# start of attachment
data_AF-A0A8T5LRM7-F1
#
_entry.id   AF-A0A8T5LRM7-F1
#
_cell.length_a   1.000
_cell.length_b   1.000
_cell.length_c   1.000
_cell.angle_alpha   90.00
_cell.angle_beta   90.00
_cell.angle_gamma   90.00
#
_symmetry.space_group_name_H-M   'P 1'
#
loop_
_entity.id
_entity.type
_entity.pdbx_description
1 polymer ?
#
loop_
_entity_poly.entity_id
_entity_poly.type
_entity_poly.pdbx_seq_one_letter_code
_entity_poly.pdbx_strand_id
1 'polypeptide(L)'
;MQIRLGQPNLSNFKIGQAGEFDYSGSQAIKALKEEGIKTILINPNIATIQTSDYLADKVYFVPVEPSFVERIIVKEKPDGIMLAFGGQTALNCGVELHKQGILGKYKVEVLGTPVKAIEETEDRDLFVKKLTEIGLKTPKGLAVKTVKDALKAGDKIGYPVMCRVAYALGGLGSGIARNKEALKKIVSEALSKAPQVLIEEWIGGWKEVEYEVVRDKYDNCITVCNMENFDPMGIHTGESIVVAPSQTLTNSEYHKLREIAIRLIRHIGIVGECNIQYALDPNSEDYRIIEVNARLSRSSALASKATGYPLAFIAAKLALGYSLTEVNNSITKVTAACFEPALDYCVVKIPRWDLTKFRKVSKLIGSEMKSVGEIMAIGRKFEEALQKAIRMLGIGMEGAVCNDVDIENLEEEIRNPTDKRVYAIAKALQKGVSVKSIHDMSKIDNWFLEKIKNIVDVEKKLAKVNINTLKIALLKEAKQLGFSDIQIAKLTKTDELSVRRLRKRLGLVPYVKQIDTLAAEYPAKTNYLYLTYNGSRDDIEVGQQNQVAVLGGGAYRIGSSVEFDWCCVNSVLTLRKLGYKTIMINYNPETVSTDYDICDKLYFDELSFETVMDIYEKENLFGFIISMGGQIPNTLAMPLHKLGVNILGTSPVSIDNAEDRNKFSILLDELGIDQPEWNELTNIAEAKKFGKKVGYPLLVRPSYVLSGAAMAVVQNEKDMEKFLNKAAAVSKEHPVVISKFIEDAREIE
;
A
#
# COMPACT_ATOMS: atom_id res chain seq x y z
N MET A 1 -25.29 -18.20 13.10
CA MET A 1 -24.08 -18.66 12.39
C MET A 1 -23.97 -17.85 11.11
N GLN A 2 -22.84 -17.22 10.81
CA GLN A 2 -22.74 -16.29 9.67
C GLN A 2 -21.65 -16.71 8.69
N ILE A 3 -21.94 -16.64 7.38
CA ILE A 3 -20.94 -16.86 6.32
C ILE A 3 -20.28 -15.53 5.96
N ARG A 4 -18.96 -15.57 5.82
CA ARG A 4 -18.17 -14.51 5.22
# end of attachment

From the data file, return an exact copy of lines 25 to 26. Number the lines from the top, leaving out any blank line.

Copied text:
1 'polypeptide(L)'
;MQIRLGQPNLSNFKIGQAGEFDYSGSQAIKALKEEGIKTILINPNIATIQTSDYLADKVYFVPVEPSFVERIIVKEKPDGIMLAFGGQTALNCGVELHKQGILGKYKVEVLGTPVKAIEETEDRDLFVKKLTEIGLKTPKGLAVKTVKDALKAGDKIGYPVMCRVAYALGGLGSGIARNKEALKKIVSEALSKAPQVLIEEWIGGWKEVEYEVVRDKYDNCITVCNMENFDPMGIHTGESIVVAPSQTLTNSEYHKLREIAIRLIRHIGIVGECNIQYALDPNSEDYRIIEVNARLSRSSALASKATGYPLAFIAAKLALGYSLTEVNNSITKVTAACFEPALDYCVVKIPRWDLTKFRKVSKLIGSEMKSVGEIMAIGRKFEEALQKAIRMLGIGMEGAVCNDVDIENLEEEIRNPTDKRVYAIAKALQKGVSVKSIHDMSKIDNWFLEKIKNIVDVEKKLAKVNINTLKIALLKEAKQLGFSDIQIAKLTKTDELSVRRLRKRLGLVPYVKQIDTLAAEYPAKTNYLYLTYNGSRDDIEVGQQNQVAVLGGGAYRIGSSVEFDWCCVNSVLTLRKLGYKTIMINYNPETVSTDYDICDKLYFDELSFETVMDIYEKENLFGFIISMGGQIPNTLAMPLHKLGVNILGTSPVSIDNAEDRNKFSILLDELGIDQPEWNELTNIAEAKKFGKKVGYPLLVRPSYVLSGAAMAVVQNEKDMEKFLNKAAAVSKEHPVVISKFIEDAREIE